The Dalmore Cigar Malt Reserve noses with strawberry tops, cherry sherry, candied root vegetables, and a Spruce Goose model made of marzipan, spruce,* and geese. If cherries could be composed of cigar leaves, cured tobacco, and four-leaf clovers, then those would be the low-hanging cherries we plucked in the Malt Cave. A grassy note, like oolong tea eaten, then biologically metamorphosed, by a remarkably amiable koala bear. There’s a metallic sherry funk that sophisticates itself, like a heartlands kid who moved to the city with his saxophone and managed to avoid being corrupted. His apogee was being part of a jazz trio playing Hot Cross Buns by a pinecone-bestrewed hearth in central Tuscany, while the scent of old linen bedsheets drying on the line outside, that were flapping, flapping, slowly in the wind, blew in the open windows.
The mouth is full and rich, lovely and attenuated, like an eggy custard pie with a smoked graham cracker crust. The feel is thin and tannic, like the cocoa served après-ski in the peak chalet of my dreams. We also got peppadew exported from Limpopo to the Pompidou Centre in Paris, where it was mixed with coffee syrup into a nouveau-riche flavoring for a salad crouton/meringue. (You guys got that too, right?)
It finishes long and wondrous, like a puzzlebox movie, each passing minute adding revelatory feedback to theories and impressions that are being modified on the fly. Tongue tinglings tartly tauten taste buds. Coffee basaltic pahoehoe oozing from a jittery volcano, fluxing and refluxing up and down my Jugulum.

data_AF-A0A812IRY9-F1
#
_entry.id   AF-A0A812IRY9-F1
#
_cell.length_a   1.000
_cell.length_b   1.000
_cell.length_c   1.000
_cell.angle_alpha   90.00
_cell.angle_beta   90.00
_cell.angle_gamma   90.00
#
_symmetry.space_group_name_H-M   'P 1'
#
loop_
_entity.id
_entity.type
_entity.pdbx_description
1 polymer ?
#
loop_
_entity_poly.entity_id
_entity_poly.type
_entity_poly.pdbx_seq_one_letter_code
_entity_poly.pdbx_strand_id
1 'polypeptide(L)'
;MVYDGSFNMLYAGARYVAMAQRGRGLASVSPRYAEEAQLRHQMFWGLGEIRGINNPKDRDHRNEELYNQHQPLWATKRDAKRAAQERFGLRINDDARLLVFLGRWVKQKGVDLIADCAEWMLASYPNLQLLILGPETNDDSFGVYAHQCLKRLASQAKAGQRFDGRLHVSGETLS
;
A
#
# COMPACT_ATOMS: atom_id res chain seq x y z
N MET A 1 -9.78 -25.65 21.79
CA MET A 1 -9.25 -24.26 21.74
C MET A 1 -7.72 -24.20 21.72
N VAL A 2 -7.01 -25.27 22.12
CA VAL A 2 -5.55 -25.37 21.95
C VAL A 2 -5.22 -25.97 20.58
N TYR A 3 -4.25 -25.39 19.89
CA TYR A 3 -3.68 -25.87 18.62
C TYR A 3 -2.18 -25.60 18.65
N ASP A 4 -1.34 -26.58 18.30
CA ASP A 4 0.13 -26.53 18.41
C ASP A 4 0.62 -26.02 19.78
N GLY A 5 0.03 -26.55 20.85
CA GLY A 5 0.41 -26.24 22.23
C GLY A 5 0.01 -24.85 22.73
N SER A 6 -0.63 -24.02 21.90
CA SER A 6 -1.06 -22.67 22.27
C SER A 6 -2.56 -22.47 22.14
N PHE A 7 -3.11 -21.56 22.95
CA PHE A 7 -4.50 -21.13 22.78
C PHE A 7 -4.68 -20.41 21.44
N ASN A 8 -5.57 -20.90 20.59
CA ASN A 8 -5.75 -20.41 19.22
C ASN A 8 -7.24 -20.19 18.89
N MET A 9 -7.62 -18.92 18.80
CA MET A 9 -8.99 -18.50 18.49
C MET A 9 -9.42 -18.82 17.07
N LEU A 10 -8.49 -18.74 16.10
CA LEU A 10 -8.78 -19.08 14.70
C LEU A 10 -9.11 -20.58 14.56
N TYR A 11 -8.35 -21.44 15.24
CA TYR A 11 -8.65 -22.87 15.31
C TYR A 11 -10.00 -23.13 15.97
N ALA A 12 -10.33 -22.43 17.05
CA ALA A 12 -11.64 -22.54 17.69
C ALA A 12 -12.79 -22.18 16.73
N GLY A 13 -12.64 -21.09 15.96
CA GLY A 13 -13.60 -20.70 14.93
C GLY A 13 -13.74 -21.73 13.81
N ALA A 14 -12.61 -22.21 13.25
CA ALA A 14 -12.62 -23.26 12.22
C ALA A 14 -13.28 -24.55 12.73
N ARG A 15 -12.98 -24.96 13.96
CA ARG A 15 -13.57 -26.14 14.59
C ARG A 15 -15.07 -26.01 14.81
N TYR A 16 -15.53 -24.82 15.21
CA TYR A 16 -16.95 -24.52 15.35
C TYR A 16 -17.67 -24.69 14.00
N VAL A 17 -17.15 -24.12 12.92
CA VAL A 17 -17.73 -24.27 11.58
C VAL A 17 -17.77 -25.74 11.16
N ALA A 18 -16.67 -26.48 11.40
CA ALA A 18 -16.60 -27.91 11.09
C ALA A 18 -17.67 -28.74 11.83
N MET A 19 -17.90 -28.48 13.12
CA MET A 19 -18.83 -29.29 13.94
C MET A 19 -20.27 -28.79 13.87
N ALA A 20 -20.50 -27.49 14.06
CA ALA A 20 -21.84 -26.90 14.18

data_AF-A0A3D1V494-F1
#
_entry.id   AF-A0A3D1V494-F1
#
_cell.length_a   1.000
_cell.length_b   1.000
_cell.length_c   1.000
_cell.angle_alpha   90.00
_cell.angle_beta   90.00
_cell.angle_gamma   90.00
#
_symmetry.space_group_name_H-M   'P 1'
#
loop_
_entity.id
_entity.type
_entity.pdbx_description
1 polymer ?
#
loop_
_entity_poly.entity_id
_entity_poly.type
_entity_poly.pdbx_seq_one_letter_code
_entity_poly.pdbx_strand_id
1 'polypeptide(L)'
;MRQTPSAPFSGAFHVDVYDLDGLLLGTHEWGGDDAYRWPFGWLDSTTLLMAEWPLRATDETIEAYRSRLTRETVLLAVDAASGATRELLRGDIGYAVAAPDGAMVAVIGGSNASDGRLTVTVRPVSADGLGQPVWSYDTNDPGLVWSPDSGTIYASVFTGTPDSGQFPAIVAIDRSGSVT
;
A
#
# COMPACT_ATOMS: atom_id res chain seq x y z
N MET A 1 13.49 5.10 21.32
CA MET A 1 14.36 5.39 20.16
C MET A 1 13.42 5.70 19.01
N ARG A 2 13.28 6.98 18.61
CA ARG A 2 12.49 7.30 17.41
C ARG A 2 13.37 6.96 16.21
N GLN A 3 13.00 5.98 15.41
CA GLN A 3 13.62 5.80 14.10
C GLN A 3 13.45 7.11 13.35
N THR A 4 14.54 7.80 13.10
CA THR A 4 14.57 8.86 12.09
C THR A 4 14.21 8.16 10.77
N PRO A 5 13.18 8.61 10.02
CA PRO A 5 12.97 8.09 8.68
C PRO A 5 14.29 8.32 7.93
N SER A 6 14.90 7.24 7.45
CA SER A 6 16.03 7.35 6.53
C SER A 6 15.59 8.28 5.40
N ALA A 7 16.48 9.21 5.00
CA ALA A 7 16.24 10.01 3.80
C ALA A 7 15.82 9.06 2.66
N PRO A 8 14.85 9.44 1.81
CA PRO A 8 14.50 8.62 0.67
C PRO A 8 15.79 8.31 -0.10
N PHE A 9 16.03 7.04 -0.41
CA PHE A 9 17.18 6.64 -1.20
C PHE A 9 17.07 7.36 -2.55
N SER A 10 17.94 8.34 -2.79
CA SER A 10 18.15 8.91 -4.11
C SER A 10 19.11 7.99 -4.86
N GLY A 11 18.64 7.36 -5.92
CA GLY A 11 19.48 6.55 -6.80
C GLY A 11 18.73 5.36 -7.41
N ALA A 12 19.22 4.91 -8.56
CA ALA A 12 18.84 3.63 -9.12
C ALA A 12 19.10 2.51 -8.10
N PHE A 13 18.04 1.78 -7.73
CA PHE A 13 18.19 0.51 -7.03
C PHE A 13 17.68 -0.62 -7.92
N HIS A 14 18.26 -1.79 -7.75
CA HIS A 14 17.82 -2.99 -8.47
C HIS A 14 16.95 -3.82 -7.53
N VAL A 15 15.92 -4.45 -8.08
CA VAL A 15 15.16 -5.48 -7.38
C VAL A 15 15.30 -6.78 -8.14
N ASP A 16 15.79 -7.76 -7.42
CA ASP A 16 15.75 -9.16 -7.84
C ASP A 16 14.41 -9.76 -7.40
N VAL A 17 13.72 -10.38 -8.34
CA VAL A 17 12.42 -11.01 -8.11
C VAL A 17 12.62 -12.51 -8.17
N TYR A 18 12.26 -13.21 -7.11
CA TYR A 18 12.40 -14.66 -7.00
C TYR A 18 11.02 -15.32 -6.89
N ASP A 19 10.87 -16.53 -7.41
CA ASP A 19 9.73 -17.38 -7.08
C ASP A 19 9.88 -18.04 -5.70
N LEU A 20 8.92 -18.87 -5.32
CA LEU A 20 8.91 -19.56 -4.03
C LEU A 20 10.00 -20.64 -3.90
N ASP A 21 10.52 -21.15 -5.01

On the scale of things that are better the second time around–
The Dalmore Cigar Malt Reserve is the 1997 multiple Oscar™ winning movie L.A. Confidential–Star-making turns for Russell Crowe and Guy Pearce; star-confirming turns for Kim Basinger, Kevin Spacey, Danny DeVito, and James Cromwell. The first time you see it is like traveling to a land of moral depravity which holds a promise of a ticket of redemption or death to emigrate. The second time is akin floating above the world like Nietzsche’s Übermensch, watching mortals act out a complicated puppet play—and you hold all the strings.